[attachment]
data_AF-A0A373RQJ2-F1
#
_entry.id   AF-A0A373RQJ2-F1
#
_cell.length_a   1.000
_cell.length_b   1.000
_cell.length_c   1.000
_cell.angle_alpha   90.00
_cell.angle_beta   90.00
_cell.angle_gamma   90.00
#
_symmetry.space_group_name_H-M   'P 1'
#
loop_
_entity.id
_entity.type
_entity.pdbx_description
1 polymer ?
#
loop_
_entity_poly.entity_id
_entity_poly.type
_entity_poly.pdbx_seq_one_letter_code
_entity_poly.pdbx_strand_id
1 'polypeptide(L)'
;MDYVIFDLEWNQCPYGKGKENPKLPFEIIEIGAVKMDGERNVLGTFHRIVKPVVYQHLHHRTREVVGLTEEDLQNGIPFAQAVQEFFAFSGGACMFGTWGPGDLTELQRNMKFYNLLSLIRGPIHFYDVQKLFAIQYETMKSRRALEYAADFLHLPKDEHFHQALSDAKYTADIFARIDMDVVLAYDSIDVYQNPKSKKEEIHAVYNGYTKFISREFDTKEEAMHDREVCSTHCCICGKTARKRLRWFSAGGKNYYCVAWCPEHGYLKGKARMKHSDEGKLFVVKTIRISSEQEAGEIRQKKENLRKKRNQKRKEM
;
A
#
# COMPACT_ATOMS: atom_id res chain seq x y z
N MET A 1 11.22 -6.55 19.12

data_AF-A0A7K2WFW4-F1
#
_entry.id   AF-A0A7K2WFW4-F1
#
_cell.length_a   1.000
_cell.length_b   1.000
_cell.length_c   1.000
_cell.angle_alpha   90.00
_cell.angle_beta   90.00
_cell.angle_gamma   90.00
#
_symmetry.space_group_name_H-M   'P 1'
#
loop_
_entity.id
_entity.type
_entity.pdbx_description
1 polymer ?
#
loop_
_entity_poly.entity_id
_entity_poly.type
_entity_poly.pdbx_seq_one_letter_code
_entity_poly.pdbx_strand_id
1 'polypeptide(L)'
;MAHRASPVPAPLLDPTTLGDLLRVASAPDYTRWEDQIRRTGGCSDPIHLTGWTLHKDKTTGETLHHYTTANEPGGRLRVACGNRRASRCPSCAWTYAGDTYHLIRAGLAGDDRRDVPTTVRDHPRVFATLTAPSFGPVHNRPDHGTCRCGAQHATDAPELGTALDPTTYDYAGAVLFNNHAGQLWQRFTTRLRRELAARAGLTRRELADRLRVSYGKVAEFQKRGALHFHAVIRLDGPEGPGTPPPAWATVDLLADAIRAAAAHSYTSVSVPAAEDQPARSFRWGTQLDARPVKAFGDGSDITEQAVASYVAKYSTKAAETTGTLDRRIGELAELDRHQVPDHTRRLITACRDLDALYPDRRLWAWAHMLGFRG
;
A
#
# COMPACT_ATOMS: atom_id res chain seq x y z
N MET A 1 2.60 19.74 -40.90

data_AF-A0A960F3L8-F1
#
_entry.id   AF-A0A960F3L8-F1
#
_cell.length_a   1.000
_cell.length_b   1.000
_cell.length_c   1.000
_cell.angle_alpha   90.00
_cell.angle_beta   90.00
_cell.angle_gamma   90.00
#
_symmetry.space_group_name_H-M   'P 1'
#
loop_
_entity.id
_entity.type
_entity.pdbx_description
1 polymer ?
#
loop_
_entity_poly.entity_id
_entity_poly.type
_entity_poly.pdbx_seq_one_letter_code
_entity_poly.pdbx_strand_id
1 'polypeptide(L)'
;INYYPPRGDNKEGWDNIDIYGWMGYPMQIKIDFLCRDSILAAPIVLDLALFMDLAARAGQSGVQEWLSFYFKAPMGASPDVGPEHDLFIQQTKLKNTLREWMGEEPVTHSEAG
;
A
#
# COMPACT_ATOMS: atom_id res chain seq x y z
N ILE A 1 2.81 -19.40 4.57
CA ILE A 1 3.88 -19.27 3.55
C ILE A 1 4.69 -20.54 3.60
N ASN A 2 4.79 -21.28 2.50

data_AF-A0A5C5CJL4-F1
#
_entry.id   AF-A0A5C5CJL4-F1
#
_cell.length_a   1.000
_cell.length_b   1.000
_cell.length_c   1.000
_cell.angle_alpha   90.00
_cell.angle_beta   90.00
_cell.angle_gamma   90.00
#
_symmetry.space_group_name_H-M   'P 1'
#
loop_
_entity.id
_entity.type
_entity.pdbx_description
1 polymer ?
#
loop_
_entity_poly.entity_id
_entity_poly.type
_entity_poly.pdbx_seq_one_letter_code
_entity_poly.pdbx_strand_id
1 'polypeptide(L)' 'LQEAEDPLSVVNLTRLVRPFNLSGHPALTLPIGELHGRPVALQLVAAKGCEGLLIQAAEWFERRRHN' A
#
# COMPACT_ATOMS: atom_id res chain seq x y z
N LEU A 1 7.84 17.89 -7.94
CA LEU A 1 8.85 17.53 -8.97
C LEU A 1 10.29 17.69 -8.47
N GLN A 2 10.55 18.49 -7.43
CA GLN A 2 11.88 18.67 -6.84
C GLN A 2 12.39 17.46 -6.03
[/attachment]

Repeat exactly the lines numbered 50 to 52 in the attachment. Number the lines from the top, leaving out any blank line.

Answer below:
#
loop_
_entity_poly.entity_id